Failed Root Canal with Chronic Abscess. Re-treatment or Abstraction and Implant? (photo)

The 2009 root canal failed due to the ill-fitting crown and I now have a chronic abscess deep in the former root near my sinus. (Gum boil visible in photo). Should I attempt to save the tooth through re-treatment and a new crown or move straight on to abstraction and implant? What is the max amount of time you can go "toothless" before having an implant? Is a year too long?

Doctor Answers (6)

Failed endo treatment vs implant

+1

The prognosis of this tooth is poor. So, basically no matter how efficient will be the re-treatment- chances of this tooth to stay for the next 5 years are non-visible. So, the best option in this situation is to extract the tooth, remove all the infection in the area, graft the socket, wait 3 months and than get an implant. Probably you will be without a tooth 6-9 months, depending on the amount of the damage of the bone from this infection and proximity of the sinus.


Miami Cosmetic Dentist
5.0 out of 5 stars 30 reviews

Extract, Rather than Retreat the Failing Root Canal

+1

If it were my own mouth, I would prefer the EXTRACTION, followed by an implant. Much better odds than retreating a failed Root Canal. Have an experienced Implant Surgeon do the extraction, so as to preserve and maintain healthy bone for the implant. A year is probably OK to wait AFTER the extraction. DO NOT LEAVE THE UNTREATED ABSCESS!

Jay Neuhaus, DDS
New York Cosmetic Dentist

Root Canal Retreat Surgery vs. Dental Implant

+1

Most of the latest research points to a higher predictability of success with the extraction and dental implant placement. If this tooth was part of a bridge or another circumstance, I might recommend the root canal retreatment first, as there are other logistical concerns prior to an implant placement. However based on your circumstance, the extraction and dental implant, is a better long term solution. Your dentist can review the various options for temporization to avoid being "toothless" while the implant is placed and integrating in the bone. Hope this helps.

Gerry Curatola, DDS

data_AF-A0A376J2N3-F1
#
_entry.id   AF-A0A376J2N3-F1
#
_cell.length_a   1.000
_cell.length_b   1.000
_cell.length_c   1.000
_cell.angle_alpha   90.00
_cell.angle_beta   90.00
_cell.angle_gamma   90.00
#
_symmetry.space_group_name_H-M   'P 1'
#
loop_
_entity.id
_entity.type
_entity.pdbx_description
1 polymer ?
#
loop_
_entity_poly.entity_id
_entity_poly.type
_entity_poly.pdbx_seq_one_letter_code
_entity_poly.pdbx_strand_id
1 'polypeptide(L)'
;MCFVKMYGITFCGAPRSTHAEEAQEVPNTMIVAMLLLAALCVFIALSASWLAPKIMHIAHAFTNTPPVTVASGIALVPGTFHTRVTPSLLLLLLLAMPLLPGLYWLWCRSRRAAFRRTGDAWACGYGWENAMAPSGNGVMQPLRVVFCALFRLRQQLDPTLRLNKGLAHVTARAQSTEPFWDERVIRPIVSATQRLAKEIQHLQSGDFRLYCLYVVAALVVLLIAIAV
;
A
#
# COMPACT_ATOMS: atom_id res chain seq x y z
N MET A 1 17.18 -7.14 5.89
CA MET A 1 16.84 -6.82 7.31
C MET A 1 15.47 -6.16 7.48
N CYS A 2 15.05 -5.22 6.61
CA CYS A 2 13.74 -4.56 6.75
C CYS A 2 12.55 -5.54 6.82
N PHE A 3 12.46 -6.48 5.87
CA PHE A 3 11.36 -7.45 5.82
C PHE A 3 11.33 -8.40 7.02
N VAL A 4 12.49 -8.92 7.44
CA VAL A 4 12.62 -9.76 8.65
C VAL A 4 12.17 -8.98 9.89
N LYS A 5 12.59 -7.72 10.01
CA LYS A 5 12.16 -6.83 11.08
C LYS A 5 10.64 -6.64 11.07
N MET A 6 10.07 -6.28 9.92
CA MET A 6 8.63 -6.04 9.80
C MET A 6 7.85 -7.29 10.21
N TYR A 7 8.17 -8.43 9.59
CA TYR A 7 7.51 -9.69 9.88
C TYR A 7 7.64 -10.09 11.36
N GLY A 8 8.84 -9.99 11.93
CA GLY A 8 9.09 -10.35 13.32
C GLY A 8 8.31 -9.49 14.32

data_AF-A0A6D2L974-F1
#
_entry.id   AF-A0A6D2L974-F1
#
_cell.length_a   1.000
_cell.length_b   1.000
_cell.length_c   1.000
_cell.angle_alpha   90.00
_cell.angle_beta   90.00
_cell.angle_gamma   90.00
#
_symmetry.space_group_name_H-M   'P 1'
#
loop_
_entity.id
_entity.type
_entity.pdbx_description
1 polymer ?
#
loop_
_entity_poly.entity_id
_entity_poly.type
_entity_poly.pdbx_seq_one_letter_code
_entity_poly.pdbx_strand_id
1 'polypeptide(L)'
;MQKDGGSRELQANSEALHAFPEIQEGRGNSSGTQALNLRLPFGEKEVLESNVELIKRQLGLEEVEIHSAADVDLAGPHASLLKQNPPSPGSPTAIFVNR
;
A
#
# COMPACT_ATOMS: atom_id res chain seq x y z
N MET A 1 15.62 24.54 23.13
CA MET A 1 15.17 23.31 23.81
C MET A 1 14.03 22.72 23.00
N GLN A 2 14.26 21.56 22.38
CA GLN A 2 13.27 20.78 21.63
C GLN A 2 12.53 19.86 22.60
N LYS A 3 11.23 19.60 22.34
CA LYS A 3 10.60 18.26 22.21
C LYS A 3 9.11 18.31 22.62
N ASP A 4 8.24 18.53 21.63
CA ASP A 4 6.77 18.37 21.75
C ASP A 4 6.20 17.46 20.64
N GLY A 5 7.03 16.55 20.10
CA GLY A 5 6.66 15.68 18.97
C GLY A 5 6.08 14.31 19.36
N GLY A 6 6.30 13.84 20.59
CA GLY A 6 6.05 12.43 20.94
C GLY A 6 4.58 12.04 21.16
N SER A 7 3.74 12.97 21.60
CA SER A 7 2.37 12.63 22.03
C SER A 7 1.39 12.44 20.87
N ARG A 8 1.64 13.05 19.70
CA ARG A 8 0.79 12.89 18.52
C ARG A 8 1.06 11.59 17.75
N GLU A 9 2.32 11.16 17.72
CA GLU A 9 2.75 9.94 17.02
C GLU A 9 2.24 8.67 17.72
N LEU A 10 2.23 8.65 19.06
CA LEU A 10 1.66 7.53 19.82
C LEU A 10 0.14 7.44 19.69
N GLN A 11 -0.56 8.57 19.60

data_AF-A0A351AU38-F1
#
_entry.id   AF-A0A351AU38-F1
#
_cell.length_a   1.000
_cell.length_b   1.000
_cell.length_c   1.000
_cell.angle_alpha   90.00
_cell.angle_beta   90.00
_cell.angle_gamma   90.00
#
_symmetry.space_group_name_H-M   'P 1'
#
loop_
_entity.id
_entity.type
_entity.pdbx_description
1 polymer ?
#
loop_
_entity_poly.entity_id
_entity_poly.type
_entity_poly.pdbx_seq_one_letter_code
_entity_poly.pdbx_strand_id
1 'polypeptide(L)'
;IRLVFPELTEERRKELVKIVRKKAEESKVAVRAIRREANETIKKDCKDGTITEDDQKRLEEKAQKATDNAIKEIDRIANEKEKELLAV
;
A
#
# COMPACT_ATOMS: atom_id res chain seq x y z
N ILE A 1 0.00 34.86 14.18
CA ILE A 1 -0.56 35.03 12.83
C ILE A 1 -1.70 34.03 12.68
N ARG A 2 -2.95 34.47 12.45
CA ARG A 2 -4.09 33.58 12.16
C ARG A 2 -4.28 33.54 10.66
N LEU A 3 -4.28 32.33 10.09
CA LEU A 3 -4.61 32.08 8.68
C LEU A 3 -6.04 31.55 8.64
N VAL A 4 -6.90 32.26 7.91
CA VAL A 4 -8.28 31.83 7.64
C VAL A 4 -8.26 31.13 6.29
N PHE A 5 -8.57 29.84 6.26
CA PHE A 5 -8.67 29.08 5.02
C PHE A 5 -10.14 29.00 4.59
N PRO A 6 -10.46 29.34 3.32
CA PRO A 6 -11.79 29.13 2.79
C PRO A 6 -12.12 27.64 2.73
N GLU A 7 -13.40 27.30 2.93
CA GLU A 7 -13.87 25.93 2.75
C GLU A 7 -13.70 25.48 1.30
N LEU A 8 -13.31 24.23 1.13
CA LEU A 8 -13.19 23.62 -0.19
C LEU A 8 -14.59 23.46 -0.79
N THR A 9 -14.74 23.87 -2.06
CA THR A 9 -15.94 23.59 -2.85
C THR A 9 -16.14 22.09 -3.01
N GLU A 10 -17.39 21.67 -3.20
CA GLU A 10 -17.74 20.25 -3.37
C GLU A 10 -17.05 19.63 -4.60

Manhattan Cosmetic Dentist
5.0 out of 5 stars 4 reviews

Implant or Have Root Canal Treatment Redone

+1

I would get the opinion of an excellent endodontist if you have not already and ask his or her opinion of the success of redoing the root canal.  A photo really does not show what is wrong with the existing root canal and how salvagable it may be.  If they can not give you a very high degree of success, I would go ahead and go the extraction and implant route.

Donald L. Wilcox, DDS
Phoenix Cosmetic Dentist
5.0 out of 5 stars 5 reviews

Implant vs. Apico

+1

This is an easy recommendation.  I would go with the implant.  Apico's really only have a 50% L-T success rate.  Implant success rates approach 99% for most competent clinicians.  Be sure to ask your implant dentist hie or her success rate.  You could very well do the apico spend thousands of dollars and have to replace it with an implant. 

Lawrence Singer, DMD
Washington Cosmetic Dentist
5.0 out of 5 stars 4 reviews

Implant vs. redoing a root canal.

+1

Root canal treatment is a very successful treatment but sometimes it fails.  The subsequent re treatment has a lower success rate than the original treatment and involved time and money with a prognosis that is not best.  Also because of the chronic abscess there is likely bone damage which around a tooth can't be readily repaired.

An implant has a high success rate and done correctly a very good prognosis.  If there is sufficient bone there is a good chance that an implant can be placed the same day the tooth is removed and a bone graft is placed around it.  This would heal for 4-6 months.  So no time going "toothless".  If an immediate implant is not possible then something temporary can be made, or just walk toothless its a back tooth :_).

 

Hope this helps.

Dan Hagi, DDS
Toronto Cosmetic Dentist

These answers are for educational purposes and should not be relied upon as a substitute for medical advice you may receive from your physician. If you have a medical emergency, please call 911. These answers do not constitute or initiate a patient/doctor relationship.